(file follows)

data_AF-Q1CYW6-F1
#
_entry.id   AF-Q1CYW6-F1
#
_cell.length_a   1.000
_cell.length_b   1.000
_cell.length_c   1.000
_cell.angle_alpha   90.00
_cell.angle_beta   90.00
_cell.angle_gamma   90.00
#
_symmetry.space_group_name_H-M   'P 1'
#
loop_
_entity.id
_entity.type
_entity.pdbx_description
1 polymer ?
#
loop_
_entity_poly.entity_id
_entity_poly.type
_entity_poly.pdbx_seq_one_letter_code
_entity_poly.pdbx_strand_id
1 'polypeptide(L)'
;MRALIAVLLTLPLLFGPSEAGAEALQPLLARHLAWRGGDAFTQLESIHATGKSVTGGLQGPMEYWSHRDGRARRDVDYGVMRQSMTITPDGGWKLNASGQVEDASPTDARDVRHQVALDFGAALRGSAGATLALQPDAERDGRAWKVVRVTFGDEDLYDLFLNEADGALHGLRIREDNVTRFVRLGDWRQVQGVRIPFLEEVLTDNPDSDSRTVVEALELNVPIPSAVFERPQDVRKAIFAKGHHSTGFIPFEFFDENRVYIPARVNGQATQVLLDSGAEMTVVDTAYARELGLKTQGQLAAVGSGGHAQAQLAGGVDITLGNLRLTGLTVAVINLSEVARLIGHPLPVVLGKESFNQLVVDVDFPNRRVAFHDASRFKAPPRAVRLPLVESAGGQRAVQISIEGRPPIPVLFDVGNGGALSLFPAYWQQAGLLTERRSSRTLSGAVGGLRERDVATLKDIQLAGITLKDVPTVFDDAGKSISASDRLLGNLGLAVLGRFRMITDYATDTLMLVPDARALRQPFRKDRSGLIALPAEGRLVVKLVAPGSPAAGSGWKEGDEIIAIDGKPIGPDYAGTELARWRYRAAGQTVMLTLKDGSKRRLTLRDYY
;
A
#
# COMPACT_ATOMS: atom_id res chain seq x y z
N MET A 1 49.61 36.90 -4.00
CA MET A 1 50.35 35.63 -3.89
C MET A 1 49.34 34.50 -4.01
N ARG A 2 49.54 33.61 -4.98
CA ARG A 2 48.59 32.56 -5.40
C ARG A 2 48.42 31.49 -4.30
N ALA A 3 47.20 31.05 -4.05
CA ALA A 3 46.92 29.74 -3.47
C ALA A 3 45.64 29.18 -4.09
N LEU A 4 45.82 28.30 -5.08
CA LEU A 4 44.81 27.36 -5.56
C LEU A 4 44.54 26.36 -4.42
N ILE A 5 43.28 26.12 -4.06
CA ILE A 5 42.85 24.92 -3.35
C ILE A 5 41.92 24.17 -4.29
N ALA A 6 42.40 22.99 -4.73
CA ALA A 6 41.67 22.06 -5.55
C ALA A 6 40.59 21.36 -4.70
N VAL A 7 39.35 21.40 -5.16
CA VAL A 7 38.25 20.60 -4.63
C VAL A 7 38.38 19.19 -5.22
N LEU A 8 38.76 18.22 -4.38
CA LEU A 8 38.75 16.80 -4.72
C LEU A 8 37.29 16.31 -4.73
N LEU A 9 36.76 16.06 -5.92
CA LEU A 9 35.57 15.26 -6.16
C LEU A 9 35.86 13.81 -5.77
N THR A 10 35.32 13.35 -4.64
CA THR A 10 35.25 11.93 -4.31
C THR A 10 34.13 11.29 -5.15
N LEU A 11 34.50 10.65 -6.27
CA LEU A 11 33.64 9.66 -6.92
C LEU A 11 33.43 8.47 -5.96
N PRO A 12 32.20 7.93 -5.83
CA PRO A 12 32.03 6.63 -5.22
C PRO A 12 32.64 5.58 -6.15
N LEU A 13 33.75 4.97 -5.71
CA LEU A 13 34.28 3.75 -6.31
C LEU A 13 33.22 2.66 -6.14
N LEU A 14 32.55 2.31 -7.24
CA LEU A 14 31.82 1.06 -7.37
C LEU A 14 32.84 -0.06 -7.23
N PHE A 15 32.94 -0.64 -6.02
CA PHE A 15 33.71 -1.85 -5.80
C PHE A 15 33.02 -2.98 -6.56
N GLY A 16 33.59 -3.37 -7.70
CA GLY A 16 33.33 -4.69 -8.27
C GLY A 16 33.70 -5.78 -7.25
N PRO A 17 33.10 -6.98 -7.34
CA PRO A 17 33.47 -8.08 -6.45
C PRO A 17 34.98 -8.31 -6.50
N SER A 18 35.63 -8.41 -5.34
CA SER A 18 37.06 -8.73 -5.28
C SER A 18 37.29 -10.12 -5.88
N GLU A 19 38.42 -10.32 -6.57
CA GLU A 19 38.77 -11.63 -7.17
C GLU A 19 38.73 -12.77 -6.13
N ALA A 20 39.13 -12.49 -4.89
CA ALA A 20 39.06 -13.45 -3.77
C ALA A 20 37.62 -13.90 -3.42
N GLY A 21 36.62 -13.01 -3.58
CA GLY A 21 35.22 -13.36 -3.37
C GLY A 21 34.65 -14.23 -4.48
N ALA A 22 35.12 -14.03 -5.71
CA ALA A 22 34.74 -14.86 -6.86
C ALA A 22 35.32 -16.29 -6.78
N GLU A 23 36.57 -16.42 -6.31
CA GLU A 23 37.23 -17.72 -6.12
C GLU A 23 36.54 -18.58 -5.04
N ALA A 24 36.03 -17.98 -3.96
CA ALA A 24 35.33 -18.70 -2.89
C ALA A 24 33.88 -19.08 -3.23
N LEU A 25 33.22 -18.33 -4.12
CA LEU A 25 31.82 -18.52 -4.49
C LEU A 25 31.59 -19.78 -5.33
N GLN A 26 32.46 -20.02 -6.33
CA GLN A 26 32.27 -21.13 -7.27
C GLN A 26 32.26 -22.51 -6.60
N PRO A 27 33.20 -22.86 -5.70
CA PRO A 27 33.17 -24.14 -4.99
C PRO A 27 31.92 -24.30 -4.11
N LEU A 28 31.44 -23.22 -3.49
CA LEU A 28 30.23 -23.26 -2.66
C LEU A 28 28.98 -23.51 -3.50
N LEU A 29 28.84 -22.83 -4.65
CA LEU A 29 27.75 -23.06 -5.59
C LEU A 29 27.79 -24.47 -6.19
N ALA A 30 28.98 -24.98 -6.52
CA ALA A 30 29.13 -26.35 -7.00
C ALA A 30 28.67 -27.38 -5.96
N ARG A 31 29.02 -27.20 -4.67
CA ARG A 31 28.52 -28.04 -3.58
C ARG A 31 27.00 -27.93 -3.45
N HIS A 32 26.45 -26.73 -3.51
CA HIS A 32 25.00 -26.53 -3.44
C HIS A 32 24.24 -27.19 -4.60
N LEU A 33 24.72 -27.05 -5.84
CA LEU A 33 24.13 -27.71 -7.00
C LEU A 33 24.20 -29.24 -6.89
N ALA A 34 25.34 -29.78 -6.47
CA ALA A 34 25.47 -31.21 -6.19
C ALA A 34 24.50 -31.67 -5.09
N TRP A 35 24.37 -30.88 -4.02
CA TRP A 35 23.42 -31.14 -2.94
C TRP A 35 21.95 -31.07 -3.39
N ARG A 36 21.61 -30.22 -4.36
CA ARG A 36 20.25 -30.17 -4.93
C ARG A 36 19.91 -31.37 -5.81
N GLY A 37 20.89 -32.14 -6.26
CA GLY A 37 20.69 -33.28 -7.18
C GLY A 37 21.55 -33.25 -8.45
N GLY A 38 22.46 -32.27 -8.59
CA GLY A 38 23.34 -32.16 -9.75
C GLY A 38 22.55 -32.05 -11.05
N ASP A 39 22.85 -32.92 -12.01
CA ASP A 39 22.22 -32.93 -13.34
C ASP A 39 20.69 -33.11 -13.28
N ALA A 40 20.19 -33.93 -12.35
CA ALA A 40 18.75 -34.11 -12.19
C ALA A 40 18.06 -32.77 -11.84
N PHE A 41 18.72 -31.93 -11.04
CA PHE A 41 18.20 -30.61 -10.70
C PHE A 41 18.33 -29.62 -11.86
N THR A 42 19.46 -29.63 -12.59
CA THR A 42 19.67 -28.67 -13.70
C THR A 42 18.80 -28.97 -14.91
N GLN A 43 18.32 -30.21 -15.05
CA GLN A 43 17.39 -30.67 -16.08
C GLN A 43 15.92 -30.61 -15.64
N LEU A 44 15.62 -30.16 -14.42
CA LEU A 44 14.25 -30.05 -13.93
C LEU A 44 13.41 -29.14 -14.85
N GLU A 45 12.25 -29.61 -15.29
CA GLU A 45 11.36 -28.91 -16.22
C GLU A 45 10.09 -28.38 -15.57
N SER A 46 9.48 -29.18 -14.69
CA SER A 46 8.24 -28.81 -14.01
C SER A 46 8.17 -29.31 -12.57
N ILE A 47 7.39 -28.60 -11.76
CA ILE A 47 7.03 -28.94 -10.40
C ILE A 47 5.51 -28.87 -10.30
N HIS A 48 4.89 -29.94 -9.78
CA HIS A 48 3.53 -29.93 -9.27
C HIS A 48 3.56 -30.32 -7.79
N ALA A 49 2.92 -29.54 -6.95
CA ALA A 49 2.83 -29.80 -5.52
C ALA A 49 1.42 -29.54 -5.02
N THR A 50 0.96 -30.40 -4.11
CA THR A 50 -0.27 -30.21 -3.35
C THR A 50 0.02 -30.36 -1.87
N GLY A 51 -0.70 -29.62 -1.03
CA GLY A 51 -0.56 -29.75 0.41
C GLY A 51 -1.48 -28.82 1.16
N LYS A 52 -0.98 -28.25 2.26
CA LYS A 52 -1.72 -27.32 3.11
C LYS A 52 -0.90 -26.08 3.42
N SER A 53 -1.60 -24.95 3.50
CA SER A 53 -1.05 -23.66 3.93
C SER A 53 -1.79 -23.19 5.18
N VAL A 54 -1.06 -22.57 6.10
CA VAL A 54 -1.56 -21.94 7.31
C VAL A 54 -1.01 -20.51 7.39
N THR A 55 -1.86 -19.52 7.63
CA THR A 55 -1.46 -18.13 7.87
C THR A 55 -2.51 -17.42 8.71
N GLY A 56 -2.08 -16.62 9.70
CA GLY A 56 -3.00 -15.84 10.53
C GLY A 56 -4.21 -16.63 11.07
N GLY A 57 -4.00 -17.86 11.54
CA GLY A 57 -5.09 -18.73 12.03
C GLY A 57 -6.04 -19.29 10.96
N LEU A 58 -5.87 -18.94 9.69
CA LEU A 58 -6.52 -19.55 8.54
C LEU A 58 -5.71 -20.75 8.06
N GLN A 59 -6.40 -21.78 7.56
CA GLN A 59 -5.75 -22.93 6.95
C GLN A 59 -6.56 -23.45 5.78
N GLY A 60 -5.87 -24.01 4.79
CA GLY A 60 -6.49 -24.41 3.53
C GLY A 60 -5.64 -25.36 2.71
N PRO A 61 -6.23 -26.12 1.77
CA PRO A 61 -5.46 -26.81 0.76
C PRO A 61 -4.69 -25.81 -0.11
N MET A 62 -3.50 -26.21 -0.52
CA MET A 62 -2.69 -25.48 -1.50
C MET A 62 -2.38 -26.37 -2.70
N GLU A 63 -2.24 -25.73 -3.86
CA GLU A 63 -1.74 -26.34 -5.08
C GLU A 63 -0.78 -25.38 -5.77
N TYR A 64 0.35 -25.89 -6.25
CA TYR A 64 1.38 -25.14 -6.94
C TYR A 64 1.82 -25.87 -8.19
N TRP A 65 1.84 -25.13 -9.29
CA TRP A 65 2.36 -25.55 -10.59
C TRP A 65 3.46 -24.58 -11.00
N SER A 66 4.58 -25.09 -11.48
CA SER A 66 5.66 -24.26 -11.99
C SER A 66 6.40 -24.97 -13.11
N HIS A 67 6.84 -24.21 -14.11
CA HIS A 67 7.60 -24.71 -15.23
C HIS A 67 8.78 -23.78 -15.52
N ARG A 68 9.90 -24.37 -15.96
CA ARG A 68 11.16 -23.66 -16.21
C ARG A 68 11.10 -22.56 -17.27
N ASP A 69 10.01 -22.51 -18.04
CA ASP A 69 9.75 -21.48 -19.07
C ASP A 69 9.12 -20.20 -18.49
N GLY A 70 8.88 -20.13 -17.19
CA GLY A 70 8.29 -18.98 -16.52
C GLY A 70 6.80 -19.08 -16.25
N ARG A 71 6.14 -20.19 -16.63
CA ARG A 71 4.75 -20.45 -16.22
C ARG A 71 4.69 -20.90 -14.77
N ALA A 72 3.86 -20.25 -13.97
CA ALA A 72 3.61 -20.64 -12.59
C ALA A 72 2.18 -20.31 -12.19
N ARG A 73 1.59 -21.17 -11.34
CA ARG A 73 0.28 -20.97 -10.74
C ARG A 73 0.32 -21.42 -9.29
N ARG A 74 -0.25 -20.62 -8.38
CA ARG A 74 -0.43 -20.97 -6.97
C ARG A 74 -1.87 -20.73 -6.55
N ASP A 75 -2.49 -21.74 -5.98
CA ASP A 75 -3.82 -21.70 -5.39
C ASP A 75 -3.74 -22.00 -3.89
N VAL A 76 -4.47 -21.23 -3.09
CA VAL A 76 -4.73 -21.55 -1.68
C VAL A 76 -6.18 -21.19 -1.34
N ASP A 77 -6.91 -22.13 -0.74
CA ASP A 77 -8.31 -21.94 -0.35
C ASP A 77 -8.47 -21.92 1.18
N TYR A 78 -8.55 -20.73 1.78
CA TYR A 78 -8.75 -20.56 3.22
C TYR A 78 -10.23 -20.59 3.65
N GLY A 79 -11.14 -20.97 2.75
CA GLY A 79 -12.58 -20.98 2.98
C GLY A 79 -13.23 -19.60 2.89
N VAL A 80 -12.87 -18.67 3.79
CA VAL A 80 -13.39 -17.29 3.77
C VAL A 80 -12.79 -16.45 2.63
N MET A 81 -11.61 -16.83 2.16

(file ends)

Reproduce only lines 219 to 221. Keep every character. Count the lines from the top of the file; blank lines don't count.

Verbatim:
C GLU A 63 -0.78 -25.38 -5.77
N TYR A 64 0.35 -25.89 -6.25
CA TYR A 64 1.38 -25.14 -6.94